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Mizuho Survey Finds Strong Uptake of MDx in Prenatal, Women's Health Test Markets

NEW YORK (GenomeWeb News) – Molecular diagnostics is gaining traction among clinicians and were the second-most popular type of test performed in the second quarter, according to a survey released today by investment bank Mizuho Securities.

In the survey of 262 physicians and laboratory personnel for clues about trends in clinical labs, Mizuho found that molecular testing made up 25 percent of all tests performed during the second quarter of this year, trailing only immunochemical tests, which made up 36 percent of all test conducted.

Other types of tests included other (12 percent), healthcare-associated infections (9 percent), cellular (9 percent), cytology (5 percent), and human papillomavirus (4 percent).

In addition, molecular testing volume grew the most during the second quarter, up 3 percent compared to the first quarter of the year. In a report discussing the survey, analyst Peter Lawson called the quarter-over-quarter growth in molecular testing a positive for Cepheid, Gen-Probe, which is being acquired by Hologic, and Qiagen.

In the third quarter, though, healthcare-associated infection and point-of-care tests are expected to see the highest growth, up 2 percent sequentially, which should benefit Cepheid, Becton Dickinson, and Alere, he said.

The survey, which consisted of about 30 questions, focused on trisomy testing and women's health. For the former, respondents were most familiar with Sequenom, which wasn't surprising given its first-mover status. The San Diego-based company launched its MaterniT21 Plus test in October.

Its test was also cited as the molecular-based trisomy test most likely to be used during the next six months "by a wide margin," Lawson said. But with new tests already on the market, or about to hit the market, from companies such as Verinata Health, Ariosa Diagnostics, Natera, and Lifecodexx, the longer-term view for Sequenom is cloudier, he noted.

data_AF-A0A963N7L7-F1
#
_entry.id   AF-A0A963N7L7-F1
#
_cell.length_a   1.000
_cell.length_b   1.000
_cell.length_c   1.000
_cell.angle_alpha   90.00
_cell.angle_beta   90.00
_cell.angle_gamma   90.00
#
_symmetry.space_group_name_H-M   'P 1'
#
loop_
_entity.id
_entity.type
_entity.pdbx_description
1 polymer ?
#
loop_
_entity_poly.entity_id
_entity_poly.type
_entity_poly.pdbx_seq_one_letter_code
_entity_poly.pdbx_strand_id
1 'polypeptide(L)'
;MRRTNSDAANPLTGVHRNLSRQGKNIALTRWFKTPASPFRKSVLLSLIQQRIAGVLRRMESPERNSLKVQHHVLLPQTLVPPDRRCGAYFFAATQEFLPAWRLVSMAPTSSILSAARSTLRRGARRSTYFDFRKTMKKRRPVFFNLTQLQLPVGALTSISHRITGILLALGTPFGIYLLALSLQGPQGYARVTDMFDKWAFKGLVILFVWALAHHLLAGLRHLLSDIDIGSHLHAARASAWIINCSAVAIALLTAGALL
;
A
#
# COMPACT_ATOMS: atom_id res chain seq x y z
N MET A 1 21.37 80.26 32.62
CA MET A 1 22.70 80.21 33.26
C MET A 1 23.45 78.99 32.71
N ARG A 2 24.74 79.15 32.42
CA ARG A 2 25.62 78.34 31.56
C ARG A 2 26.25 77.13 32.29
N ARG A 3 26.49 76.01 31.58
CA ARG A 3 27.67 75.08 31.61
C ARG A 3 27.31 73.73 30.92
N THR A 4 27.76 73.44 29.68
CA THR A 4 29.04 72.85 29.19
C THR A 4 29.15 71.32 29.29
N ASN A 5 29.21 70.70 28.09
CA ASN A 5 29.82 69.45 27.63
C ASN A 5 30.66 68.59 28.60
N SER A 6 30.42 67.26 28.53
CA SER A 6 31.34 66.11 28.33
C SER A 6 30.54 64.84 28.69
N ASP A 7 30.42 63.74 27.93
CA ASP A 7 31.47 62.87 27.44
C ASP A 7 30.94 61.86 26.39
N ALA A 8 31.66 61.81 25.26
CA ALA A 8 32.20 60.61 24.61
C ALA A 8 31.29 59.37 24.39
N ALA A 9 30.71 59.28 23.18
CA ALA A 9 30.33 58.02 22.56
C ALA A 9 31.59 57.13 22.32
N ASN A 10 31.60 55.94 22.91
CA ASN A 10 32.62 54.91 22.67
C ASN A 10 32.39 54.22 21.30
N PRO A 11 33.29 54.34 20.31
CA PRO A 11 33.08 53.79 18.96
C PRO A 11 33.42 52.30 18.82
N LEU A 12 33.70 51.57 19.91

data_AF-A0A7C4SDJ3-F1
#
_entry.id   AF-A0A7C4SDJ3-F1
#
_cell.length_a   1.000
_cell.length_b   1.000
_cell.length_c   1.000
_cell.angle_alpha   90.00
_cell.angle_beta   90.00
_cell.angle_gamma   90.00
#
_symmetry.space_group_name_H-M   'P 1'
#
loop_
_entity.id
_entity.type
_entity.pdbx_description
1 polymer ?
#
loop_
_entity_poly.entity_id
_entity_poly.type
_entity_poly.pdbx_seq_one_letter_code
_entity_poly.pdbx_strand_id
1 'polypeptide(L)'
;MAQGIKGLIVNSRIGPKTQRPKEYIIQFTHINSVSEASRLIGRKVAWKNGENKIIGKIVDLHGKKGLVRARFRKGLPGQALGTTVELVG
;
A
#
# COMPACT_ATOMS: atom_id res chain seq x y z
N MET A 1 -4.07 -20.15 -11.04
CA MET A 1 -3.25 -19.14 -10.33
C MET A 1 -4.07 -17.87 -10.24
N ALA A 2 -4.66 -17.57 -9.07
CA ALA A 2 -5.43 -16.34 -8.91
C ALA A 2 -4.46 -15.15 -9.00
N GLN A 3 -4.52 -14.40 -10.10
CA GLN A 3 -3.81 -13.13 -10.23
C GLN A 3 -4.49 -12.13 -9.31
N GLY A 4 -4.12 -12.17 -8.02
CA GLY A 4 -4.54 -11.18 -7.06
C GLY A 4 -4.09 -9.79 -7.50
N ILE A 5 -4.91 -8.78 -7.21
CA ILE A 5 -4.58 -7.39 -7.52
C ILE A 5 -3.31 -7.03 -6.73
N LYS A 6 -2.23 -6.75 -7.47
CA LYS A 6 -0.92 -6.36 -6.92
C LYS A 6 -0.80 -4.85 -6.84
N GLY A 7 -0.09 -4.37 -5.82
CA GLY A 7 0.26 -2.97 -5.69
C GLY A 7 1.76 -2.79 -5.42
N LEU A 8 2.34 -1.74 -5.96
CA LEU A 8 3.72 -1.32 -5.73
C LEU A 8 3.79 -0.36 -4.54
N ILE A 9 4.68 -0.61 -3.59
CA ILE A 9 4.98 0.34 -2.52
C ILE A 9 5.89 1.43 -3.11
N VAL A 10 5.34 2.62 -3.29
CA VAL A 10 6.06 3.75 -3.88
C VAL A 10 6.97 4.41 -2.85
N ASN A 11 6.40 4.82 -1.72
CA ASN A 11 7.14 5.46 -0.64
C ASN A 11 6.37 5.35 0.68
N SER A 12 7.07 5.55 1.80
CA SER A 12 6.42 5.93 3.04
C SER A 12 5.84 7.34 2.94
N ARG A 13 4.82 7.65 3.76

Overall, respondents performed or referred invasive testing methods, such as amniocentesis, on a larger basis than molecular-based trisomy testing, 33 percent vs. 24 percent, but Lawson said, molecular testing shows "strong uptake."

Among vendors that provide prenatal testing, Genzyme Genetics, now part of Laboratory Company of America, was rated the best-in-class, followed by PerkinElmer's NTD Labs and Sequenom, which tied for second.

The survey also asked clinicians about their HPV and cervical testing habits and found positive trends for genotyping: 43 percent of HPV volumes were genotyped, respondent said, which was higher than expected, according to Lawson. Respondents added that in five years, they expect to genotype 57 percent of HPV volumes.

In addition to a trend toward genotyping, respondents noted a desire for faster testing for HPV and chlamydia/gonorrhea, and in settings where a physician would have control over testing. More than 70 percent of respondents said they would offer a point-of-care test for HPV, CT/GC if such a test were available.

In cervical cancer screening, the survey found that the interval after negative results lengthened to 2.4 years from 2.2 years a year ago. Physicians said they also believe the interval will hit 3 years within the next 1.7 years, which is down from 2.5 years observed in an earlier Mizuho survey.

Lawson said that BD, Hologic, and Qiagen have reported increased intervals, as well, indicating a maturing market.

Lastly, Mizuho asked physicians about their spending habits during the next year and found that Illumina remains the vendor most likely to benefit from any increase in spending. PerkinElmer, Thermo Fisher Scientific, and Agilent Technologies had better results compared to the past four quarters, Lawson said, while Gen-Probe had the largest decline, which he attributed to its pending sale to Hologic.

The survey was conducted between June 18 and July 9. About 58 percent of the 262 individuals who were surveyed completed each question. About 40 percent of respondents were physicians and pathologists, 33 percent were scientists, and 14 percent were lab directors or managers.

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